Sitting down in front of the DVD player with a giant cereal bowl in hand to watch Saturday Morning Cartoons 1970's Volume 2 is a very different proposition than watching the simultaneously released 1960's Collection. Although both rely heavily on Hanna-Barbera produced programs, the product H-B were creating had changed dramatically.
Kooky animal characters such as Quick Draw McGraw, Wally Gator, and Augie Doggie were pretty much over, as the studio’s emphasis became focused on action-adventure cartoons. Of the 12 shows contained on this two-DVD set, half fall into the adventure genre. Things had gotten much more serious in cartoon-land, even Yogi Bear had sobered up.
The 1970s Volume 2 set contains quite a number of pilots. The first episodes of The New Adventures Of Gilligan, Sealab 2020, Yogi’s Gang, Valley Of The Dinosaurs, and Inch-High Private Eye are all featured.
The Valley Of The Dinosaurs episode “Forbidden Fruit” is a prime example of the action-adventure field in animation. It is sort of a Swiss Family Robinson in prehistoric times. The Butler family somehow fell into a whirlpool in the Amazon which transported them to a land that time forgot. Thankfully, there are some friendly cavemen to help them hide from the dinosaurs.
It seems as if the live action TV stars of the 1960s were having a rough time of it in the 1970s. The New Adventures Of Gilligan features the voices of Bob Denver, Alan Hale Jr., Jim Backus, and Natalie Shafer. The New Adventures Of Batman has both Adam West and Boy Wonder Burt Ward intoning their animated alter-egos.
The strangest aspect of all though has to be the new “socially conscious” trend that took place in the early '70s cartoons. As a kid, I had no idea of the messages in some of these, but as an adult I find the indoctrination somewhat startling.
The short-lived Sealab 2020 is interesting as it equates exploration of the oceans with that of space. The explorers are even called “Oceanauts.” The first episode “Deep Threat” from 1972 concerns itself with nuclear waste being dumped in the oceans. A serious concern to be certain, but one for six-year-olds to worry about?
Even more bizarre is Yogi’s Gang. Another first episode, “Mr. Bigot” is possibly the strangest Hanna-Barbera cartoon I have ever seen. Yogi has built an ark, like Noah’s I guess, but it flies. Yup, it has a propeller that is powered by Magilla Gorilla running on a treadmill. A very PC touch.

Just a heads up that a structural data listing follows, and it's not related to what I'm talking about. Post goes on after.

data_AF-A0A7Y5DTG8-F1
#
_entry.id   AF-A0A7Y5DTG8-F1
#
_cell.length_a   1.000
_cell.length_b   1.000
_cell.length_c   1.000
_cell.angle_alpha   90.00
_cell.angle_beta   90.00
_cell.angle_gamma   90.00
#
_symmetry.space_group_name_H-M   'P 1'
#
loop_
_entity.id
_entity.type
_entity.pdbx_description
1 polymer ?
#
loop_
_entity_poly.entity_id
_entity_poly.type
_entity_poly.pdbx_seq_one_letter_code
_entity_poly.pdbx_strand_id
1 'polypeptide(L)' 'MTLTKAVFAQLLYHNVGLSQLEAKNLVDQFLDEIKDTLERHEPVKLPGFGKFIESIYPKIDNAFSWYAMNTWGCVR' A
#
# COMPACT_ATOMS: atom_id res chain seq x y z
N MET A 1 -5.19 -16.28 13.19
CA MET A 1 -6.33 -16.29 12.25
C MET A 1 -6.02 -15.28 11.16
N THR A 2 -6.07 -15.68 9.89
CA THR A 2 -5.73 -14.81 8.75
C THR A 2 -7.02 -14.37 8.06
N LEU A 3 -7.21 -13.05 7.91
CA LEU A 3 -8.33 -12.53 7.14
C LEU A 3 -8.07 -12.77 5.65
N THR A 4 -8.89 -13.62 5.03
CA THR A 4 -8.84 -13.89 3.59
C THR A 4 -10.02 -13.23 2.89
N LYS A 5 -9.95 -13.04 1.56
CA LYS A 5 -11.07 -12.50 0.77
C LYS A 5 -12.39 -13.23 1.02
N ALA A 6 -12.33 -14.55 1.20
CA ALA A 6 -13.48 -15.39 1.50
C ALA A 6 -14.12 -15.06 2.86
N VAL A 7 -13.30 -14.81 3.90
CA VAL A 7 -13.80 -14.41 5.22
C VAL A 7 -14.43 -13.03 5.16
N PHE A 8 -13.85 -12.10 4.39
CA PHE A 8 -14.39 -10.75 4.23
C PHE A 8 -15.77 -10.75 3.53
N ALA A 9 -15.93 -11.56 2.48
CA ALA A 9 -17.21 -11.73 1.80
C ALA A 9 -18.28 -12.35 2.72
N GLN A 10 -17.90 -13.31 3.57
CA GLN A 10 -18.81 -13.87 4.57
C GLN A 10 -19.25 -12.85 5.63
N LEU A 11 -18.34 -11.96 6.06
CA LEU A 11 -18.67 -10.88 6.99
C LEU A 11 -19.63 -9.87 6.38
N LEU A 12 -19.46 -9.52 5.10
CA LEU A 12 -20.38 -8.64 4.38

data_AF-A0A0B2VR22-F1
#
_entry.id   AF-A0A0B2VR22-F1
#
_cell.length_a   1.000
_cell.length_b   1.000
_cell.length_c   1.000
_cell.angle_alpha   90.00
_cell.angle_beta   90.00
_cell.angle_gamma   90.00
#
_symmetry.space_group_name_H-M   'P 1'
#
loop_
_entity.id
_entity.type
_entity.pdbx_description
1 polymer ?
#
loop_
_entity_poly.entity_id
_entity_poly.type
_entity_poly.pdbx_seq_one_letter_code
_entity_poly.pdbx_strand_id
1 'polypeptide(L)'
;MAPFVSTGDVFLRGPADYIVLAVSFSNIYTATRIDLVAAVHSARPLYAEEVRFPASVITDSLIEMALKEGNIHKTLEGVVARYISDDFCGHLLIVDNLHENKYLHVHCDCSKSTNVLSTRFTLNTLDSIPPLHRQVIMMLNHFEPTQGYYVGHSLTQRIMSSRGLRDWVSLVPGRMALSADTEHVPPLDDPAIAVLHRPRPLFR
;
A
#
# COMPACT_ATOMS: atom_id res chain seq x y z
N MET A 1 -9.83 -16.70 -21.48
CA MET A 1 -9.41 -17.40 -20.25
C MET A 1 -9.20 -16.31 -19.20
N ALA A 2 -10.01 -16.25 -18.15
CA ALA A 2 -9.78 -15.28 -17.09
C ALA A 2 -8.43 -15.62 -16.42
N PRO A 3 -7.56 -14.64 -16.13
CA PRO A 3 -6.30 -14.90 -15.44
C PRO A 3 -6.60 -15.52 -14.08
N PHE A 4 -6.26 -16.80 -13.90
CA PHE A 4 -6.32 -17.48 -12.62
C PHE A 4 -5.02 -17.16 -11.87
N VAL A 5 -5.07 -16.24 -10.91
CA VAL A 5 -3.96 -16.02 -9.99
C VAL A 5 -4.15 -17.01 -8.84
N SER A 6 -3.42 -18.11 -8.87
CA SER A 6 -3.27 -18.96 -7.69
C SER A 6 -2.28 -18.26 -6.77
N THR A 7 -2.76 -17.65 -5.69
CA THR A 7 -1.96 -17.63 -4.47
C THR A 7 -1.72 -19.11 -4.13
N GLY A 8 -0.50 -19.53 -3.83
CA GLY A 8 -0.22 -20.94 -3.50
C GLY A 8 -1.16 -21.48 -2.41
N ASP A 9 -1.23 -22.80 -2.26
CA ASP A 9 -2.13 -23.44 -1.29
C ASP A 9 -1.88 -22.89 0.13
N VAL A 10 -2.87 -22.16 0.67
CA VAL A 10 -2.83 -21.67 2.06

Populating the ark are all the '60s H-B gang: Atom Ant, Ricochet Rabbit, Huckleberry Hound, Snagglepuss and the rest. This episode is titled “Mr. Bigot.” Yes, there is a villain out there with a “Bigot-Gun” set to turn all of mankind into hate-mongers. When the formerly friendly Mr. Cheerful gets zapped, and turns on the gang, Yogi springs into action. Good guys that they are, the animals turn the other cheek and bake him a cake.
As Snagglepuss should have said: “Heavens to Mergatroyd!” What kind of a lesson is this? It took a quick trip to the menu bar and an episode of the always reliable Bugs Bunny/ Road Runner Hour to cleanse my mental palette after this travesty.
Then there is The Banana Splits Adventure Hour. This is a glorious mess of live action, cartoons, and music. For some reason The Splits’ antics still crack me up. The live action Danger Island serial cliff-hanger is a little odd, as it is just literally cut with scissors in the middle of a scene. There is no method to it at all. Just snip, and no word about tuning in for the next episode or anything.
The Banana Splits song “Soul” is the best part. Filmed in that super-cheesy Hollywood version of psychedelia, the video for “Soul” is great. The singer even gets in name-checks of Otis Redding and Ray Charles, for the hip kindergartner in the crowd.
The only bonus feature included is titled “The Power Of Shazzan.” This is a five-minute documentary on the short-lived Hanna-Barbera show, mainly featuring interviews with people associated with its production.
Watching Saturday Morning Cartoons 1970s Volume 2 is fun. If nothing else, it serves as a reminder of what a truly bent decade those years really were.
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